Gamblers, strippers, loss aversion and conflicts of interest

What is the most potent type of conflict of interest?  To my mind,  those involving family members – as discussed in this earlier post on nepotism – are generally the strongest of all, given how deeply rooted  our instincts to help our kin are.

But being in another’s debt would seem to be pretty powerful too – because of the control of one’s life that it can place in the hands of others.   Moreover, compared to COIs involving an “upside”  (e.g., moonlighting for one of your employer’s vendors) “debt conflicts” seem  more likely to corrupt behavior – in part because of  the behaviorist phenomenon of  “loss aversion,” which holds that seeking to avoid a loss is generally a more potent force in shaping behavior than is achieving a gain.  Indeed, you don’t need to peer deep beneath the mind’s surface to grasp the power of debt for, as Dickens’ Mister Micawber observed using plain old arithmetic,  the smallest debt can clearly  be the source of large-scale ruin. (“Annual income twenty pounds, annual expenditure nineteen [pounds] nineteen [shillings] and six [pence], result happiness. Annual income twenty pounds, annual expenditure twenty pounds ought and six, result misery.”) Thus, on various operative levels, a debt-based conflict can be particularly pernicious.

The most interesting recent “debt conflict of interest” case come to us from the U.S. Securities and Exchange  which found that “certified public accountant James T. Adams repeatedly accepted tens of thousands of dollars in casino markers while he was the advisory partner on subsidiary Deloitte & Touche’s audit of a casino gaming corporation.  A marker” –  the SEC pointed out, for those few unfortunate souls who have never seen Guys and Dolls –  “is an instrument utilized by a casino customer to receive gaming chips drawn against the customer’s line of credit at the casino.  Adams opened a line of credit with a casino run by the gaming corporation client and used the casino markers to draw on that line of credit.  Adams concealed his casino markers from Deloitte & Touche and lied to another partner when asked if he had casino markers from audit clients of the firm.”  Based on this obviously egregious behavior (which, I should add, involved far greater sums than those discussed by Mister Micawber), Adams – who ironically had also been Deloitte’s Chief Risk Officer – agreed to be “suspended for at least two years from practicing as an accountant on behalf of any publicly traded company or other entity regulated by the SEC.”

This was as clear a debt conflict case as one might hope to find (meaning, of course, hope never to find again).  But debt also comes in less obvious shapes too.

Consider this recent story from a trial now being held in the UK, the salient points of which (for this blog at least) are as follows: “A former UBS AG … banker told a London court that paying $7,100 for strippers to entertain consultants advising a German utility on a disputed derivatives deal didn’t create a conflict of interest.”   Looked at it as an “upside conflict” – meaning the consultants receiving free entertainment – maybe it is indeed not a powerful a COI (although personally having never been to a strip joint that’s just a guess).   But this particular sort of upside has an element of “debt conflict” too: given the embarrassing nature of the expenditure the consultants could well be concerned that their dirty secret would be revealed, i.e., they would likely be indebted to the bank for keeping quiet.   Of course, there would be reason enough to hide $7100 worth of even wholesome recreation paid for by a vendor, but it presumably has less potential to embarrass – and thus cause serious reputational loss – than does being entertained by strippers.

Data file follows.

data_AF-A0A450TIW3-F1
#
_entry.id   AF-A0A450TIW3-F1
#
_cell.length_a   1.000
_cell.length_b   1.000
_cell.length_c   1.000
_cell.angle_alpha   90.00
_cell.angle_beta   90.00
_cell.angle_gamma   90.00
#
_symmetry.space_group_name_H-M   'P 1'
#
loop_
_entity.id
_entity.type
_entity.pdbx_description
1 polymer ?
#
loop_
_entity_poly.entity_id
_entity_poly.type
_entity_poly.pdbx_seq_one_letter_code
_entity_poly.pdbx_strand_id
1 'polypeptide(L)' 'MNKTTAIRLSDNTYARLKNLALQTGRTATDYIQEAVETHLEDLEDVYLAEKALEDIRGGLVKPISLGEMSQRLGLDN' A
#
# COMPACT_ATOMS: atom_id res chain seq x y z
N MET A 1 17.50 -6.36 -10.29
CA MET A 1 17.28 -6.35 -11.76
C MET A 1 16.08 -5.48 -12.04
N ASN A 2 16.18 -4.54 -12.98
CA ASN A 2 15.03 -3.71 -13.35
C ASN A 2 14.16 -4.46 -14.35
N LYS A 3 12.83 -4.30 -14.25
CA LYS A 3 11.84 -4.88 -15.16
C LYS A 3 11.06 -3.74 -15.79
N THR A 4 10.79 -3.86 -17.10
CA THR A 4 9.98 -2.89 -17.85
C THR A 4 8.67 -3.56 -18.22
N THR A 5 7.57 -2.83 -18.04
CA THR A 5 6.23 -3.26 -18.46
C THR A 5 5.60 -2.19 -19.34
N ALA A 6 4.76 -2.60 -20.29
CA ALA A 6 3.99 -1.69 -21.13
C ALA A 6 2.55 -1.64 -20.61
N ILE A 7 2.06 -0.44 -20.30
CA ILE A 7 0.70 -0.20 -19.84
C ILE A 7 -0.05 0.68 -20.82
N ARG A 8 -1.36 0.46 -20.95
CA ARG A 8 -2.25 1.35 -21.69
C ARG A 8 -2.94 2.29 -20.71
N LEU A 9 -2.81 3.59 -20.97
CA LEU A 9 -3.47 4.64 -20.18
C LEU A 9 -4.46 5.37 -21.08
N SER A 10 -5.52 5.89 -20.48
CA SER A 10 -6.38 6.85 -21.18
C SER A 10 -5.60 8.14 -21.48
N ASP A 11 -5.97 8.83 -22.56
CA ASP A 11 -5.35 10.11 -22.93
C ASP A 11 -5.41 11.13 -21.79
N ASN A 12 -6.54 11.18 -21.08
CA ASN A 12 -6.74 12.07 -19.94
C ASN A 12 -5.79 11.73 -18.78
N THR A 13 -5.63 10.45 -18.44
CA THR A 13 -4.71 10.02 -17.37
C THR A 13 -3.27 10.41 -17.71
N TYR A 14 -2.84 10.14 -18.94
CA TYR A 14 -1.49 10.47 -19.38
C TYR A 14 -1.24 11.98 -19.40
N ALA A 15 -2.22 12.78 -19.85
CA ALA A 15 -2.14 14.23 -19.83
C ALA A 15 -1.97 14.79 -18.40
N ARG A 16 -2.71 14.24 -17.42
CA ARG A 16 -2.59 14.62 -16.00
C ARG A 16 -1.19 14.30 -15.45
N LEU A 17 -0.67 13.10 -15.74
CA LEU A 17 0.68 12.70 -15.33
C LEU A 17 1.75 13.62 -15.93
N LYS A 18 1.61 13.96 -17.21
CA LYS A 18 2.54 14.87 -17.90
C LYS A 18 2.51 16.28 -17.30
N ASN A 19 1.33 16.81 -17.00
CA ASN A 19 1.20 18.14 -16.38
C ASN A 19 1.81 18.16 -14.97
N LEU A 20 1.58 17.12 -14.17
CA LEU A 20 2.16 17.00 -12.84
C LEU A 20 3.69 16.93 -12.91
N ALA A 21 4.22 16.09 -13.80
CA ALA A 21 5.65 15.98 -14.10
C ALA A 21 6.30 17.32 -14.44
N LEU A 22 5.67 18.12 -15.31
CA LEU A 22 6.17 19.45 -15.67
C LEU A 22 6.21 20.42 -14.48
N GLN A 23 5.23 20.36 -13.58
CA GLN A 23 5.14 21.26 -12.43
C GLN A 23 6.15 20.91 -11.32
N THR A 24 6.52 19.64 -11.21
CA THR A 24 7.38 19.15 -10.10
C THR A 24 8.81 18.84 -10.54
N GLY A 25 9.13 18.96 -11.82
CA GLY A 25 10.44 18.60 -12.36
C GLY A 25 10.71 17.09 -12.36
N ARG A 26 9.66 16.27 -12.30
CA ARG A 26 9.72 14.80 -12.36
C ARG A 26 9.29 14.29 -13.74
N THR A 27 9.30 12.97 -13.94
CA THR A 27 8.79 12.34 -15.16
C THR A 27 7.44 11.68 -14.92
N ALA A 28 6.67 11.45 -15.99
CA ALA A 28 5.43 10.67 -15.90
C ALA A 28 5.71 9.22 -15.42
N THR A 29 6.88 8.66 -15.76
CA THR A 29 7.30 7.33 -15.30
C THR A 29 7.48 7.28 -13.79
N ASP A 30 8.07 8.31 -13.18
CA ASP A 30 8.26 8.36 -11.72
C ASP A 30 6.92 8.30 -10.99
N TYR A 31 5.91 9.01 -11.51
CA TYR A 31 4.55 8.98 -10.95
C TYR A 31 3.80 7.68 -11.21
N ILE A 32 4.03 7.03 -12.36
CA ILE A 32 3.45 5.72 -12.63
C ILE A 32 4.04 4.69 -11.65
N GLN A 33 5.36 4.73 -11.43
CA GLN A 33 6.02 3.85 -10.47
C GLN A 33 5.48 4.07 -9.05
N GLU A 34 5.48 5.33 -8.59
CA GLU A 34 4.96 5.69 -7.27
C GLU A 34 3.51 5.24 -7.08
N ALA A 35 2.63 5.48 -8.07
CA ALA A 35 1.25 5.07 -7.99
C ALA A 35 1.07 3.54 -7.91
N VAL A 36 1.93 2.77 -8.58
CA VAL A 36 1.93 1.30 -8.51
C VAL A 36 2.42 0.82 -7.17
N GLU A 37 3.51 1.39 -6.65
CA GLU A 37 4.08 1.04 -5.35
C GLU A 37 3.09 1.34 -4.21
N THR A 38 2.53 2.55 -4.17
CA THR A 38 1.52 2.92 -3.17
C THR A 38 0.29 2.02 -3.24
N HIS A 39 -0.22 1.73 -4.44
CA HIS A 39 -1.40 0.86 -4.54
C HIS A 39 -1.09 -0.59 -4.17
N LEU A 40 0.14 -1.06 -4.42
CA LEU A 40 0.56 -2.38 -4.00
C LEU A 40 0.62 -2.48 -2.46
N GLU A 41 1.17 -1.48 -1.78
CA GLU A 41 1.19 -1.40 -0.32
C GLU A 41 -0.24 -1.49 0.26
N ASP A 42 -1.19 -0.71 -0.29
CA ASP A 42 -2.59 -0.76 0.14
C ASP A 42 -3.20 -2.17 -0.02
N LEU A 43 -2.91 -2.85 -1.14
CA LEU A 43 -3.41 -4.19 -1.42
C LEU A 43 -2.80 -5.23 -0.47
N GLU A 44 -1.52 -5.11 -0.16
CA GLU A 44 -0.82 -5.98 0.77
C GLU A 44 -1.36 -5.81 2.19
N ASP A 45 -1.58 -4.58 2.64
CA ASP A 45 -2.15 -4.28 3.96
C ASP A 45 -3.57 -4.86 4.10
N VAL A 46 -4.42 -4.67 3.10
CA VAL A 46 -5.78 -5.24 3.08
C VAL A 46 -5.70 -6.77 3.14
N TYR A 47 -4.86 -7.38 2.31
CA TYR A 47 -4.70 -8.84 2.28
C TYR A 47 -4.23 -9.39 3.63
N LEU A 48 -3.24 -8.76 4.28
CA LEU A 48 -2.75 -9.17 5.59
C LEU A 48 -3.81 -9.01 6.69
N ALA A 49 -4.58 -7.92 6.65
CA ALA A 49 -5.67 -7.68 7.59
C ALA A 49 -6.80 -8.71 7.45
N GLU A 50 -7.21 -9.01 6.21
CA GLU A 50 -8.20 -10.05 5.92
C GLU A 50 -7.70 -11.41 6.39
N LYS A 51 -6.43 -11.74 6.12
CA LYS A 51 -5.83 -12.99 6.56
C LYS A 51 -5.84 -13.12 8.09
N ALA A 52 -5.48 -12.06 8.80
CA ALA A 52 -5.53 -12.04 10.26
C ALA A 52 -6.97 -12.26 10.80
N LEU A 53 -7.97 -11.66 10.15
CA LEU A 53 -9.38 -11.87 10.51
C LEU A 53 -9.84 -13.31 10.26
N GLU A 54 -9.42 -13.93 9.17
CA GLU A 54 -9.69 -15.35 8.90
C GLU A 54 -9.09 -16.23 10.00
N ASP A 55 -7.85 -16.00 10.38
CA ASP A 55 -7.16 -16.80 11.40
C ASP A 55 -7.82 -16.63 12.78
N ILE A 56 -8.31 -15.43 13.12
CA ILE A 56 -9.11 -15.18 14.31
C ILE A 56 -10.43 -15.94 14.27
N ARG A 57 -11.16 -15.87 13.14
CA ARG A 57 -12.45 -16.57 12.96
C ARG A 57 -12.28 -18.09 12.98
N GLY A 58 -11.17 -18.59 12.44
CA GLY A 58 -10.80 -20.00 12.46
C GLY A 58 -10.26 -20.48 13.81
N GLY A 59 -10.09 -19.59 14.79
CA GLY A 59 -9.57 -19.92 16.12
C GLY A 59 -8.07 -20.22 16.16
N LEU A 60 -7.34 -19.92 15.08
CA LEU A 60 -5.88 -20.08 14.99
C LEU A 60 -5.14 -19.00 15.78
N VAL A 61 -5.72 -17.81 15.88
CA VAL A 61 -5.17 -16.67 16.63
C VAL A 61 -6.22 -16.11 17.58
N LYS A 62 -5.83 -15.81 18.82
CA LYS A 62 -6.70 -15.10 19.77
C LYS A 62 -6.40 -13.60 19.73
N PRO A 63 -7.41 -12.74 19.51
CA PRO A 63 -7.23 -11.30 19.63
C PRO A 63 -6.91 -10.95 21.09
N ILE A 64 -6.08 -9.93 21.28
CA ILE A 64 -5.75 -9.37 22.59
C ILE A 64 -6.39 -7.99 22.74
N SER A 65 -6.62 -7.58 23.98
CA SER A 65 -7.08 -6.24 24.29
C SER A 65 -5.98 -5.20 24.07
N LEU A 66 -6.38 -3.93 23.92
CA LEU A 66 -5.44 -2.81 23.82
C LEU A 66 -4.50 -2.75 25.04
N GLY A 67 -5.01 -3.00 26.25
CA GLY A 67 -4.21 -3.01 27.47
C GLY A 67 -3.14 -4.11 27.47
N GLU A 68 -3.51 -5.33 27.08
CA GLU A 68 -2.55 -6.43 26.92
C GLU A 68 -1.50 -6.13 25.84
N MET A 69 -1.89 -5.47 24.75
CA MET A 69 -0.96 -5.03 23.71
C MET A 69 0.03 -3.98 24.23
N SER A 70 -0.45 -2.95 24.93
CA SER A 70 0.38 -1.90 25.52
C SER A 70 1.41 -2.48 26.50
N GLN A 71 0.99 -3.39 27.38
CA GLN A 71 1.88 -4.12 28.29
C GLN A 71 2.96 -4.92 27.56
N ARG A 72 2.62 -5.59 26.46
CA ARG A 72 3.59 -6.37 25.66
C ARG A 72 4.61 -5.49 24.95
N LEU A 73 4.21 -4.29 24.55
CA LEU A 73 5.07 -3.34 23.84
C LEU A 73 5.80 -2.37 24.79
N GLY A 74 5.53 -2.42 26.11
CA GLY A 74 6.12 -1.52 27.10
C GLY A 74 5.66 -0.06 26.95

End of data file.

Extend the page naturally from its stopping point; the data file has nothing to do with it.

Finally, how should information about “debt conflicts” be used in C&E programs?  Certainly, debt should be included in the interests section of  the code of conduct or COI policies – which it usually, but not always, is.  Moreover, if one is providing examples of COIs in training and other form of C&E communications it may be worth mentioning there as well.  The point here is not merely to identify debt as one of many sources of potential COI, but to help give examples of COIs that will resonate with employees  – which I think debt-related ones often will do, precisely because of the above-described control aspect. And powerful examples of the effects of COIs can help to strengthen compliance in this area generally.

One Comment
  1. Dr. Worden 3 years ago

    Interestingly, Deloitte puts its “stock” in its own institutional fire-walls as sufficient to thwart the structural conflict of interest still inherent in the client-pays system. I think the reliance brings with it a systemic risk, largely because of the power of the human instincts that are at odds with the fire-walls. So I like your point on the importance of loss-avoidance from a human-instinct standpoint. I do think that the structural COI that is woven into the current public accounting system in the US is more gain-oriented that loss-avoidance-oriented because the main culprit is the motive to have the “client” company pay again next year.

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